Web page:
Emotional Intelligence, Patterns for coping with decisional conflict and Academic Achievement in Cross-cultural prospective (evidence from selective Russian and Azerbajani student populations)
Background. Choice, under conditions of uncertainty, is mediated by integral dynamic regulatory systems that represent hierarchies of cognitive and personality processes. As such, individual decision-making patterns can be studied in the context of intellectual and personality potential. This article presents the results of a cross-cultural comparison of personality characteristics, such as coping with uncertainty, emotional intelligence, and academic achievement, between Azerbaijani and Russian university students.
Objective. We aimed at establishing metric invariance and at highlighting relationships between emotional intelligence and the scales of the Melbourne Decision Making Questionnaire (MDMQ).
Design. Azerbaijani and Russian student samples were selected for this study due to the almost identical educational programs offered by Moscow State University to students in Moscow and its branch in Baku. Coping with uncertainty was measured by the MDMQ, emotional intelligence by the EmIn questionnaire, and academic achievement by GPA scores. Confirmatory factor analysis was used to verify factor structure invariance and congruence.
Results. The congruence of factor structures for both questionnaires was verified. For the MDMQ four-factor structure for both samples was confirmed. For the EmIn questionnaire, invariance for two scales was established — “Understanding other people’s emotions” and “Managing own emotions”. Relationships among personality traits, gender, age, and academic achievements are explained for the Lomonosov Moscow State University students in Moscow (Russia) and its branch in Baku (Azerbaijan). No cross-cultural differences were found for emotional intelligence and productive coping (Vigilance). A cultural difference was established in unproductive coping preference for Buck Passing. A similarity between the cultures was captured in the relationship of higher emotional intelligence (EQ) scores to higher Vigilance scores and to lower levels of unproductive coping patterns. Vigilance was a predictor of academic achievement, but only in the Russian sample.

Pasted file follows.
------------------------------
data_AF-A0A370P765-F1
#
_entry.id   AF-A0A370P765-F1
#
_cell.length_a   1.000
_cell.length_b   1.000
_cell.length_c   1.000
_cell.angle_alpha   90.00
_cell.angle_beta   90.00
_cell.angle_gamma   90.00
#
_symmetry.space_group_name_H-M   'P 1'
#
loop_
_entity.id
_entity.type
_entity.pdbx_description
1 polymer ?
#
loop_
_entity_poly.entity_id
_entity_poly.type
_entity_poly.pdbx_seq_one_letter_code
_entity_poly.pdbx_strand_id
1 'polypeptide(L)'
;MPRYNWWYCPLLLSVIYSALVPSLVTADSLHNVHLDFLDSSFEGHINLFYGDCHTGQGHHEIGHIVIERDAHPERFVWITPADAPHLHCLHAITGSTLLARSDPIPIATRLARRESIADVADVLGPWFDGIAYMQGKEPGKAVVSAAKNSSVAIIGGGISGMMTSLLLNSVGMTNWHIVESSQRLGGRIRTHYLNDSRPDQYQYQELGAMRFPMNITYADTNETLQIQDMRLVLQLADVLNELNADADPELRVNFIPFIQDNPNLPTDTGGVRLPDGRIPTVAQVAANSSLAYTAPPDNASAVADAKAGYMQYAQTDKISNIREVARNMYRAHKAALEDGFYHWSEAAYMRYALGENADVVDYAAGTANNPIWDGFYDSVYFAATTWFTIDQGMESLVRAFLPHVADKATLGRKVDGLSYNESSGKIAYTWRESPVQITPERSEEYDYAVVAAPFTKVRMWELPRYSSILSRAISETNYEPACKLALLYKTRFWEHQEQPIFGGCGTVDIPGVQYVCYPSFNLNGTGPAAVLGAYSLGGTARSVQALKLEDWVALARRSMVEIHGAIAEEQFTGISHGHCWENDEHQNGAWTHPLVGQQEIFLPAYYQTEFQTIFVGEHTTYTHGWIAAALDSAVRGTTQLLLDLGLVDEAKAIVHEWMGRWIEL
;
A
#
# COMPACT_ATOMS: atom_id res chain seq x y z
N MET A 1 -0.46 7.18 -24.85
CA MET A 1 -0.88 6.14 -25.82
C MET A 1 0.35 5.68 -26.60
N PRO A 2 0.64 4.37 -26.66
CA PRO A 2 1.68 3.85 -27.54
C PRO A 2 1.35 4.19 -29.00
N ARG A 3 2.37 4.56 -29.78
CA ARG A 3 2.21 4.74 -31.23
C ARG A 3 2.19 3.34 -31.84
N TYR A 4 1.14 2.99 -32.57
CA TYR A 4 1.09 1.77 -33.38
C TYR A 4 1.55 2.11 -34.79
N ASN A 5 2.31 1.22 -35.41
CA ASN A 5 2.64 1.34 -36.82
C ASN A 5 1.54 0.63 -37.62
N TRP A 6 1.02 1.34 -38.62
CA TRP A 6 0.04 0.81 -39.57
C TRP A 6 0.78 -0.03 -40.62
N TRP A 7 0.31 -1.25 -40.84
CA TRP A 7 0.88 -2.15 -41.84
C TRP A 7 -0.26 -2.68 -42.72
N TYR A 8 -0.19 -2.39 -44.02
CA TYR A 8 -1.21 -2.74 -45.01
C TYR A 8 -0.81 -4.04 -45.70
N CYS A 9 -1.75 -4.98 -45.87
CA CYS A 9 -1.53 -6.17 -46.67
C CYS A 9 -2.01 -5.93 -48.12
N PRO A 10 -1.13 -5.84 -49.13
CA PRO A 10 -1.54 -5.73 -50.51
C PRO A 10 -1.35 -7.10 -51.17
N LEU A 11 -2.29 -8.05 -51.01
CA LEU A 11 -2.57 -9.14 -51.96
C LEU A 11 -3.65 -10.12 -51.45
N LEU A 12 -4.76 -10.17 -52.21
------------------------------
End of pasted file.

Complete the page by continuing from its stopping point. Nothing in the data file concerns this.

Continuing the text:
Conclusion. The similarity of the educational systems, as both samples studied similar programs, demonstrates very few cross-cultural differences.